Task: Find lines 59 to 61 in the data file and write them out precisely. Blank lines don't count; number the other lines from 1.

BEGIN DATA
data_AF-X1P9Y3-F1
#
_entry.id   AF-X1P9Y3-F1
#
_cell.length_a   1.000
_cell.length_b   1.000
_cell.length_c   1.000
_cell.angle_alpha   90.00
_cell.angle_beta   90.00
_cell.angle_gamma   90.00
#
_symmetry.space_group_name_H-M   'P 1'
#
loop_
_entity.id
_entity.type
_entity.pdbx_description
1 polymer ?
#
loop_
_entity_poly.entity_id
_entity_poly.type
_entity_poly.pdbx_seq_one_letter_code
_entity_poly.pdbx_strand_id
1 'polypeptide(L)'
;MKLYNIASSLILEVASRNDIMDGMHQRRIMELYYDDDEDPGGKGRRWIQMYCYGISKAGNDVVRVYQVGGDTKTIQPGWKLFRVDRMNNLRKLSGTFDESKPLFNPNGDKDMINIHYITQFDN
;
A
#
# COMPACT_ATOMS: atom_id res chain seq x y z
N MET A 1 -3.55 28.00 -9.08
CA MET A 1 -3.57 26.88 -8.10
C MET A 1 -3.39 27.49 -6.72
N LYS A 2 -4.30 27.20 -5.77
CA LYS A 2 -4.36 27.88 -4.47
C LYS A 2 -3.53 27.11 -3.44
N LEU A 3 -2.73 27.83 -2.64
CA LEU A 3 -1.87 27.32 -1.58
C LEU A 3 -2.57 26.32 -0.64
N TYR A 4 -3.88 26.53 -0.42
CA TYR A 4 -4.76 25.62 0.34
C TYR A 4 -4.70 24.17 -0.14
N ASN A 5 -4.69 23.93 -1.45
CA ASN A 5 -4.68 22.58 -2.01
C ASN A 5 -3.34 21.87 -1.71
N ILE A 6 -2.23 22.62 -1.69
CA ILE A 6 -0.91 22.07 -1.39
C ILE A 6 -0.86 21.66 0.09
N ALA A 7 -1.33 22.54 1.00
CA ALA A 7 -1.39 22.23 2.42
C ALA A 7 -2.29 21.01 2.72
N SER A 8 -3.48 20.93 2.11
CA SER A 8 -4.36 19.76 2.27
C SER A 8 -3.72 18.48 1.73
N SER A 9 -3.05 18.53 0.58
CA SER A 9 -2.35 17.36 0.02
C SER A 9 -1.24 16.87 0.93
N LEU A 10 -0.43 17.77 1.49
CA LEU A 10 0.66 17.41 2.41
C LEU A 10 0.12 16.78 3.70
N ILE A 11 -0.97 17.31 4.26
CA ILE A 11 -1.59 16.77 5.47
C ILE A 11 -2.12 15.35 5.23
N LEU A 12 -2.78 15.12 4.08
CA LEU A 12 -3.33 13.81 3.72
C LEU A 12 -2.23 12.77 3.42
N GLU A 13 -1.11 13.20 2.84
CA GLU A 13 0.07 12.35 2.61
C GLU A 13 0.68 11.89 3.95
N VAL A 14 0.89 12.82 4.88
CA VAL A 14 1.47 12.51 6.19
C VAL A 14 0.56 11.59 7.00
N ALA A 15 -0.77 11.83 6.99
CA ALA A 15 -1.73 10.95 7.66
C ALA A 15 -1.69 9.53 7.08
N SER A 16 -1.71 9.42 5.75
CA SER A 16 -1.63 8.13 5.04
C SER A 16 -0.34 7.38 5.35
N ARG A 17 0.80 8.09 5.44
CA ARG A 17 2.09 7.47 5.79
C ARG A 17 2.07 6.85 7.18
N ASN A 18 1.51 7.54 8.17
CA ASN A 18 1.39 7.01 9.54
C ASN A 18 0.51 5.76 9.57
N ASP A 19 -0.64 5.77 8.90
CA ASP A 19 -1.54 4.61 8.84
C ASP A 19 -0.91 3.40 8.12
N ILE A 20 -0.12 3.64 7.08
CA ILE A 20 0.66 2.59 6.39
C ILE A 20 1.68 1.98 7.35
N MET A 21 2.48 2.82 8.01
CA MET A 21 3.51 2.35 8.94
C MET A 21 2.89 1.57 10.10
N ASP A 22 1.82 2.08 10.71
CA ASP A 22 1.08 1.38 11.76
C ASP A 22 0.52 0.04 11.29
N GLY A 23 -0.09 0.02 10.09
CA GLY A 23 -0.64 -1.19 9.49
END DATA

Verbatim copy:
CA LEU A 10 0.66 17.41 2.41
C LEU A 10 0.12 16.78 3.70
N ILE A 11 -0.97 17.31 4.26